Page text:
Prior to our son’s possible exposure to measles, I did not think about how my choice to vaccinate my children affected anyone but my own child. But when measles was brought close to my son Ben, my insulated view was shattered.
My decision about vaccination could impact anyone my children would come in contact with for their entire lives. If one of my children was infected with a vaccine-preventable illness, he could unknowingly pass this illness on. While a person with an average immune system may be able to fight off the illness, a person with a weakened immune system might not. I now recognize one way our family can protect the greater community. Here’s the story of how we came to realize that vaccines are about more than just our family.
In 2010 our then two-year-old son, Ben, was diagnosed with Acute Lymphoblastic Leukemia (ALL). His diagnosis meant he would spend more than three years being treated with chemotherapies and steroids. During this time, and for many months afterwards, his immune system was compromised. Every minor illness had the potential to balloon into a more complicated condition requiring additional treatments.
In March 2011, Ben received a routine spinal tap during which spinal fluid was removed and chemotherapy was injected in his spine. Days after his treatment we were informed that a child in the same unit had been diagnosed with measles. Ben could have breathed air containing the measles virus.
Yes, Ben had received the first shot in the Measles, Mumps, Rubella (MMR) vaccine series, but he was too young to have received his second dose and wouldn’t be able to for months after finishing treatment. Despite having received MMR, his therapy would suppress his immune system and essentially eliminate any immunity he had to measles, so it would be as if he were never immunized. Because of his weak immune system, doctors classified Ben as being at high-risk should he contract measles. Measles is particularly dangerous to those with weak immune systems, including infants, because it can turn into pneumonia and bacterial infections. This possibility was one of my worst fears–second only to hearing that Ben was no longer in remission.
After Ben’s potential exposure, he received nitrous oxide while being given shots to boost his immune system. Seeing four nurses work together to give him one round of shots and then get ready for the next round was dreadful for me as a mother. I looked into Ben’s innocent eyes as he was in “dreamy land” and could barely speak without crying. How could anyone ask Ben to fight more than leukemia? It is more than enough to ask a young child to fight leukemia–but to ask him to fight a vaccine-preventable disease on top of it? It is unconscionable.
Our night ended with Ben’s legs hurting so much he couldn’t walk. My world had once again fallen apart. I shed many tears that day, and in the days that followed. I ate and slept very little. My mind was constantly on that measles diagnosis. How could I sleep not knowing if Ben would wake up with a rash, fever, or any ailment that could be a symptom of measles? I checked on him every night and cherished the moments when he was sleeping soundly. Every day was a blur; I was just trying to function. Our two kids played and talked around me, but I didn’t hear much that was said. Doctors had told us that Ben had to be quarantined for twenty-one days, because of fears that he could be harboring the measles virus and could transmit the illness to others in the community who were unable to be vaccinated–or those children whose parents intentionally left them unvaccinated.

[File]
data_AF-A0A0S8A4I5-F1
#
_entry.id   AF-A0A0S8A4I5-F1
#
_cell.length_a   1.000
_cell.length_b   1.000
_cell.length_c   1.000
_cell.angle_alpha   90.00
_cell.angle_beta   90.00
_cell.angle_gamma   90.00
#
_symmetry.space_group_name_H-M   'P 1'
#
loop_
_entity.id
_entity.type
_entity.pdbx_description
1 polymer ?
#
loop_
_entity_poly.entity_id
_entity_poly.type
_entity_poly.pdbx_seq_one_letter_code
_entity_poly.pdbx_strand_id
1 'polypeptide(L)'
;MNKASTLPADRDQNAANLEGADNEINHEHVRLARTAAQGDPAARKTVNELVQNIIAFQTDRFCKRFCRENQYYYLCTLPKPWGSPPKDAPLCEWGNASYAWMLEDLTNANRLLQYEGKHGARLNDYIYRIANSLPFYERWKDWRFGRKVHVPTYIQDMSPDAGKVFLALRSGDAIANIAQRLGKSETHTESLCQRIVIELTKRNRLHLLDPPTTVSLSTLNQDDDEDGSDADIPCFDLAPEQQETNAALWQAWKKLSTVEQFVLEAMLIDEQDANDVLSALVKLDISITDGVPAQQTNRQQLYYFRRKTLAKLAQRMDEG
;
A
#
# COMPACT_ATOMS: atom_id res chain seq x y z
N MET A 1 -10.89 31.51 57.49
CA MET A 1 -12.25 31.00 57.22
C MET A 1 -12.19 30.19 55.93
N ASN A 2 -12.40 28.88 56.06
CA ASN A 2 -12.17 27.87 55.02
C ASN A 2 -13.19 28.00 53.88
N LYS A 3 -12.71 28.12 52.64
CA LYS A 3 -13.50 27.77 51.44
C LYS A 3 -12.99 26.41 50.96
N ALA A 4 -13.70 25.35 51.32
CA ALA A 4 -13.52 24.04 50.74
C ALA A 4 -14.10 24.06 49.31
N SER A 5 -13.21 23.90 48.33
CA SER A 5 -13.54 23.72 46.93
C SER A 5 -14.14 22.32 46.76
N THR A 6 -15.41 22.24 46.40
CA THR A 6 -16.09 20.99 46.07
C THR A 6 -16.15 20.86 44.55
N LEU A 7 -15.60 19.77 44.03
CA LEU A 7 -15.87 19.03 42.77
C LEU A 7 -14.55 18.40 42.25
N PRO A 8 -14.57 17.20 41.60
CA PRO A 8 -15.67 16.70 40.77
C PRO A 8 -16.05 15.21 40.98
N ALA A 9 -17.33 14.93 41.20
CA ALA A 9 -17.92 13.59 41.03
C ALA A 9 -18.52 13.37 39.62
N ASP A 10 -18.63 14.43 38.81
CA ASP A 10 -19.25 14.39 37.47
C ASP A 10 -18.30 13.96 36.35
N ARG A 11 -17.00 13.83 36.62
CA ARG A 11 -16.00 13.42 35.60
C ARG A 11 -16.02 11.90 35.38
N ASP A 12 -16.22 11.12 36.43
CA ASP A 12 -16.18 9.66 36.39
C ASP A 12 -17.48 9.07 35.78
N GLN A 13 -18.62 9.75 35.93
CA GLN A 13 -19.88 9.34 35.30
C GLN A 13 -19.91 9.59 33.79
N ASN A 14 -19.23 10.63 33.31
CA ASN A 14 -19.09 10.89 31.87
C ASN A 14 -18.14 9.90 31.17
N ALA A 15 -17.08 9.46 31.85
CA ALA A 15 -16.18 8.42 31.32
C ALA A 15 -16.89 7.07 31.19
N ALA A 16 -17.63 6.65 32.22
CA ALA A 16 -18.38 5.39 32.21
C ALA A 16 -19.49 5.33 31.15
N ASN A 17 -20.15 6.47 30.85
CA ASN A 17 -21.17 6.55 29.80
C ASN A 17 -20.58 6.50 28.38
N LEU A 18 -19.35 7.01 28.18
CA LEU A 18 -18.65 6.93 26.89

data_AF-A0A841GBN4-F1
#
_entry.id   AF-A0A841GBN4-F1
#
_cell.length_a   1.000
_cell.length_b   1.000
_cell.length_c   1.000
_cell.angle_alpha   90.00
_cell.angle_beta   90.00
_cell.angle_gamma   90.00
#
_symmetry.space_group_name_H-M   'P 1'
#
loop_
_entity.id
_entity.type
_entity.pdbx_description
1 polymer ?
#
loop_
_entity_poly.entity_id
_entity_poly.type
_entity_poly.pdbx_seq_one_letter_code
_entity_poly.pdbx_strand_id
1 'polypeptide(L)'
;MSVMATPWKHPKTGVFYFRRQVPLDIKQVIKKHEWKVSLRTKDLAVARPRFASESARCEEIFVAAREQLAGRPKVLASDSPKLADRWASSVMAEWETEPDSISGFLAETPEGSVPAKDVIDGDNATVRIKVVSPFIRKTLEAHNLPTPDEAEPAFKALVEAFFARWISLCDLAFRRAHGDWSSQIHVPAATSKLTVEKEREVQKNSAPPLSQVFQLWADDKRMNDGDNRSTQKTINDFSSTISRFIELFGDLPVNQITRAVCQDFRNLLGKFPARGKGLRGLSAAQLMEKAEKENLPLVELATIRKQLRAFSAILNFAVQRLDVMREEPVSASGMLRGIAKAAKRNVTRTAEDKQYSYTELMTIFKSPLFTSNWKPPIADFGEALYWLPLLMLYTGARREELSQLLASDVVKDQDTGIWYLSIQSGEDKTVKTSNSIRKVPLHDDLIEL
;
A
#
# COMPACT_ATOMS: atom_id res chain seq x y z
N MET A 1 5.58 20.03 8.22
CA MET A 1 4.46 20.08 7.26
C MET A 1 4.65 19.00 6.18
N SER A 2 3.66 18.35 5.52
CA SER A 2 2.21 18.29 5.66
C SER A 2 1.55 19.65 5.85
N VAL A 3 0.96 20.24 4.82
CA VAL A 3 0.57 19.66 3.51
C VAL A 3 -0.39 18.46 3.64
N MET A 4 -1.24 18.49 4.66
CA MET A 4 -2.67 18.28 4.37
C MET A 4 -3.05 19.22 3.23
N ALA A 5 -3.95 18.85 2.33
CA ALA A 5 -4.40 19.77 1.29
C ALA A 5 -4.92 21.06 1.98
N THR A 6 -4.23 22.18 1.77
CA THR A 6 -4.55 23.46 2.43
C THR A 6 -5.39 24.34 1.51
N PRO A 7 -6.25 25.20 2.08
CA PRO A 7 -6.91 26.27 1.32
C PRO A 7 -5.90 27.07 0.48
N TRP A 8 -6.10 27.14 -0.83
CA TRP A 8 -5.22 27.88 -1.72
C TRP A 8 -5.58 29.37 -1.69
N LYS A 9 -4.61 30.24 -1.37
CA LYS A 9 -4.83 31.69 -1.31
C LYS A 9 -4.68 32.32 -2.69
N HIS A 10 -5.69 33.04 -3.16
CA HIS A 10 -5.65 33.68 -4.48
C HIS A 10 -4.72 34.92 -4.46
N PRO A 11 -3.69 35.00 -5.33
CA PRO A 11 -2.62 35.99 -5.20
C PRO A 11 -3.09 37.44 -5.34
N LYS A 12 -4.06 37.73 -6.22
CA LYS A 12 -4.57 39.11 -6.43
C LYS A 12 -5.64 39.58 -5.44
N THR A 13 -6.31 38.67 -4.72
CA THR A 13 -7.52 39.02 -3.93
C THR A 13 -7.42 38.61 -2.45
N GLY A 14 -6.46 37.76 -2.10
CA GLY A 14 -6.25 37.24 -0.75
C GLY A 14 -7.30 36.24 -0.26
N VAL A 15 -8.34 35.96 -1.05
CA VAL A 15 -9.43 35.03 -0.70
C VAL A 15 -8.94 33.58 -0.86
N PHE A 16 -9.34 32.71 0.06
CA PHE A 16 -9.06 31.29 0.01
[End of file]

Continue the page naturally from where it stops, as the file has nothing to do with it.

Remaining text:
It was hard to wrap my mind around the idea that despite our efforts to keep Ben away from sick kids, now he was the “risk” to the community–because of someone’s choice to take a risk on their child’s behalf. We were now forced to further alter Ben’s life.
On day 19 of our isolation, a rash developed on Ben’s cheeks. Within hours, Ben’s doctor called and said the department of health was concerned the rash could be measles and that Ben needed a measles test. The next day, a nurse took samples. At this point my anxiety should have peaked, but I admit I didn’t have much anxiety left. The hours went by with no answer. Was our life about to change dramatically for a second time? About thirty-three hours after the test, a nurse called to tell us that Ben tested negative. He did not have measles.
As you think about vaccinating your child, please keep in mind how an unvaccinated child can impact other children, particularly infants and those children who are fighting for their lives. Our son has already fought leukemia for three years of his life, a reality that has changed everything. I would never want him to also become a victim of a disease that should not even be in my community. Vaccines are safe and they save lives. By choosing vaccination, you will be protecting your child–and mine.
Laura Bredesen lives with her husband, her two children, and her two dogs outside of Minneapolis, Minnesota.
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Editor’s Note: Measles was officially eliminated from the United States in 2000. In March 2011, measles was brought back to Minnesota by an unvaccinated child who had traveled to Kenya, where measles is endemic. In addition to patients and providers in the hospital providing care to the child, workers and children in a daycare and individuals in two homeless shelters were exposed to measles. The resulting outbreak was responsible for 21 cases of measles, many of which required hospitalization.
The source of this outbreak is known. Seeing an opportunity to exploit fear of autism in one community, anti-vaccine groups worked to convince parents not to vaccinate based on the long-debunked theory connecting vaccines and autism. These same groups brought in Andrew Wakefield during this outbreak to bolster doubts about immunization. Amidst this anti-vaccine campaign, children like Ben were endangered.